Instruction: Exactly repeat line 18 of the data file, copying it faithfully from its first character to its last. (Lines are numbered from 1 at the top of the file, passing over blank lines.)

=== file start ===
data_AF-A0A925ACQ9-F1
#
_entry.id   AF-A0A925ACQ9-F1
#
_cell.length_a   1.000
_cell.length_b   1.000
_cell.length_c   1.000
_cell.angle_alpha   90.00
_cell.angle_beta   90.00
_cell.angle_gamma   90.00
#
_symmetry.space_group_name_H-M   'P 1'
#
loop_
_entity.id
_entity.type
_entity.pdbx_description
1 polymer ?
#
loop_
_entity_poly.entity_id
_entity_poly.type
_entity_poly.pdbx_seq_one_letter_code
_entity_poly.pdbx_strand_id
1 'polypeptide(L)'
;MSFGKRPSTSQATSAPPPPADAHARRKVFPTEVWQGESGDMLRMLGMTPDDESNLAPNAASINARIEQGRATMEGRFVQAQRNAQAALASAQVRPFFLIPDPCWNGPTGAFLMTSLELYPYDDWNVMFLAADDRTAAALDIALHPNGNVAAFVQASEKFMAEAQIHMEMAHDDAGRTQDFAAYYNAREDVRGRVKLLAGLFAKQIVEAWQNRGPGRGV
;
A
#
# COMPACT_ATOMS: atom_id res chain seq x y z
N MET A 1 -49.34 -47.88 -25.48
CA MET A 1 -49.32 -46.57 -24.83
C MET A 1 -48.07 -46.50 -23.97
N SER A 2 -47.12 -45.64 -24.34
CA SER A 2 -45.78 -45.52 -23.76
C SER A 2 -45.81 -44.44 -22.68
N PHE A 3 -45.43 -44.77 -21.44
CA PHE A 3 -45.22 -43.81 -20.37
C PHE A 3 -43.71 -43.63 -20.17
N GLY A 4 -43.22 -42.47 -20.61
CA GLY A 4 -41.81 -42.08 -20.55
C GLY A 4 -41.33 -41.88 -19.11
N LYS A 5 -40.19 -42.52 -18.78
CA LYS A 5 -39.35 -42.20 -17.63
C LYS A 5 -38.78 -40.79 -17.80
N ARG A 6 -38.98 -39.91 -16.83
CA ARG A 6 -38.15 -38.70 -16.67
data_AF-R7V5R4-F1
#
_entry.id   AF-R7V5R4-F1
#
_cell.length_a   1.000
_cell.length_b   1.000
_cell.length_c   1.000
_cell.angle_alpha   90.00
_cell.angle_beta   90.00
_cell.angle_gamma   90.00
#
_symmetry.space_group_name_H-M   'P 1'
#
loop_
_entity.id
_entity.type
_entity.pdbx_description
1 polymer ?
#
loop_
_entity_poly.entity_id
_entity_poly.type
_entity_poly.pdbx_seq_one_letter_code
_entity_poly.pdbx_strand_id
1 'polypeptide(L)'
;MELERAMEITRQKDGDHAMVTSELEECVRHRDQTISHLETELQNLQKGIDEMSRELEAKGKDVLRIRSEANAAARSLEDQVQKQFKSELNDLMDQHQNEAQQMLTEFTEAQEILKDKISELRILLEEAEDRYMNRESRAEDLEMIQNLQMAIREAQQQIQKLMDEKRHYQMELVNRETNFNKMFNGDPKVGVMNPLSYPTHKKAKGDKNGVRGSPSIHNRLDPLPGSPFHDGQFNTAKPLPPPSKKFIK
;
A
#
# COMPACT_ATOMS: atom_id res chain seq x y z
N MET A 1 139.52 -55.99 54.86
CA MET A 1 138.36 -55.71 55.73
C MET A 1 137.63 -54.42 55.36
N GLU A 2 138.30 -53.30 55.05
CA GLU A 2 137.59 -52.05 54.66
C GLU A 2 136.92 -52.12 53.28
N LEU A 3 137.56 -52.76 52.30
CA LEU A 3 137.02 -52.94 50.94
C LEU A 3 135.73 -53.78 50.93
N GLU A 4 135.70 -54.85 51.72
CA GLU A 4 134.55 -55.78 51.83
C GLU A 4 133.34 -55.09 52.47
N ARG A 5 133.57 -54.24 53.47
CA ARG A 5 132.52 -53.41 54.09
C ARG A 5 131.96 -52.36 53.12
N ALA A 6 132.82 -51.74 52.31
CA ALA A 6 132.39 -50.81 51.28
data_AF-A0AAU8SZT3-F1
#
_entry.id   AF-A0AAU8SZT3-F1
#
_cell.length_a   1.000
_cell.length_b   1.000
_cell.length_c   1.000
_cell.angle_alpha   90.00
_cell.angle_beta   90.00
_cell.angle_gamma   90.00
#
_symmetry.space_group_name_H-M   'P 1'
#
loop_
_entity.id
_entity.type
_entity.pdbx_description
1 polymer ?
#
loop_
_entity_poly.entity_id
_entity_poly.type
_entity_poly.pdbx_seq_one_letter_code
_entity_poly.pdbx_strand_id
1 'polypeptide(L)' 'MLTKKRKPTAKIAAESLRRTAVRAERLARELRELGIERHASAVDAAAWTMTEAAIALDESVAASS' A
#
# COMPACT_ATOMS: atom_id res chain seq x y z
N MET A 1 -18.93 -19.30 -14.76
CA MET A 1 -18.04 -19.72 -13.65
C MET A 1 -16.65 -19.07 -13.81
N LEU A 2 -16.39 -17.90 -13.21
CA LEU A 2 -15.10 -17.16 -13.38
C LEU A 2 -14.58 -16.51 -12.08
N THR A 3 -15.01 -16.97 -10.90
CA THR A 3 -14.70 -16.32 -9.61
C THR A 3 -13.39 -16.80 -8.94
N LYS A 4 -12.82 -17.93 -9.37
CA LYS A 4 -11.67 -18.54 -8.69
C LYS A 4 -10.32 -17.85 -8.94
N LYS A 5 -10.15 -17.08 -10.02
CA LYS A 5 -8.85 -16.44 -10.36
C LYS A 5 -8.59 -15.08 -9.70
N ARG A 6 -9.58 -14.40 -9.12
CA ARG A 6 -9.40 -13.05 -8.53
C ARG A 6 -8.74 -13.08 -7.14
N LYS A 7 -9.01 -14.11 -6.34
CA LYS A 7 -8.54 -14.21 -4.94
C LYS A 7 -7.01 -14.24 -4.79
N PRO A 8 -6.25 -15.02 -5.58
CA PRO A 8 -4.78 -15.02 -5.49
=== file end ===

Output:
1 polymer ?